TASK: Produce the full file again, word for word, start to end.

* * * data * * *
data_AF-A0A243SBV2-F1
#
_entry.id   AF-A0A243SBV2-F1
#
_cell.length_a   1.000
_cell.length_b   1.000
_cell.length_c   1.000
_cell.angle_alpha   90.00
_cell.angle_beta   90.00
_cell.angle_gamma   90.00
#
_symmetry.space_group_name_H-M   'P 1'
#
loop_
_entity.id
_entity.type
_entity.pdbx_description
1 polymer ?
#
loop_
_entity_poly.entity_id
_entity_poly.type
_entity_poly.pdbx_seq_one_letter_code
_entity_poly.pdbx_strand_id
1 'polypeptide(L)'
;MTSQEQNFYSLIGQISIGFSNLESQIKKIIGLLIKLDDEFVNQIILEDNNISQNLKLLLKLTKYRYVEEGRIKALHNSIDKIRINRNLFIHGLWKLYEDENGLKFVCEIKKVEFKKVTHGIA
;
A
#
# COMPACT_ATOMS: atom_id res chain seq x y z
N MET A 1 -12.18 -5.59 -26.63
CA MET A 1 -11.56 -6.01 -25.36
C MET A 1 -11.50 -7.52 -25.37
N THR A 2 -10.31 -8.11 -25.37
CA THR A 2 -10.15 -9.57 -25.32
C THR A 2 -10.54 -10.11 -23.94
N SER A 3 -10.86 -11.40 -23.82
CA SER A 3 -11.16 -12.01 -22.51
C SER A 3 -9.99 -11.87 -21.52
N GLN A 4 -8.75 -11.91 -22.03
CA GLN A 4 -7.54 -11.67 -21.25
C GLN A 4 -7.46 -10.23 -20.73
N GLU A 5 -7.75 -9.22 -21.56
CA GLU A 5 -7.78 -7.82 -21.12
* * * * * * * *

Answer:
data_AF-A0A243SBV2-F1
#
_entry.id   AF-A0A243SBV2-F1
#
_cell.length_a   1.000
_cell.length_b   1.000
_cell.length_c   1.000
_cell.angle_alpha   90.00
_cell.angle_beta   90.00
_cell.angle_gamma   90.00
#
_symmetry.space_group_name_H-M   'P 1'
#
loop_
_entity.id
_entity.type
_entity.pdbx_description
1 polymer ?
#
loop_
_entity_poly.entity_id
_entity_poly.type
_entity_poly.pdbx_seq_one_letter_code
_entity_poly.pdbx_strand_id
1 'polypeptide(L)'
;MTSQEQNFYSLIGQISIGFSNLESQIKKIIGLLIKLDDEFVNQIILEDNNISQNLKLLLKLTKYRYVEEGRIKALHNSIDKIRINRNLFIHGLWKLYEDENGLKFVCEIKKVEFKKVTHGIA
;
A
#
# COMPACT_ATOMS: atom_id res chain seq x y z
N MET A 1 -12.18 -5.59 -26.63
CA MET A 1 -11.56 -6.01 -25.36
C MET A 1 -11.50 -7.52 -25.37
N THR A 2 -10.31 -8.11 -25.37
CA THR A 2 -10.15 -9.57 -25.32
C THR A 2 -10.54 -10.11 -23.94
N SER A 3 -10.86 -11.40 -23.82
CA SER A 3 -11.16 -12.01 -22.51
C SER A 3 -9.99 -11.87 -21.52
N GLN A 4 -8.75 -11.91 -22.03
CA GLN A 4 -7.54 -11.67 -21.25
C GLN A 4 -7.46 -10.23 -20.73
N GLU A 5 -7.75 -9.22 -21.56
CA GLU A 5 -7.78 -7.82 -21.12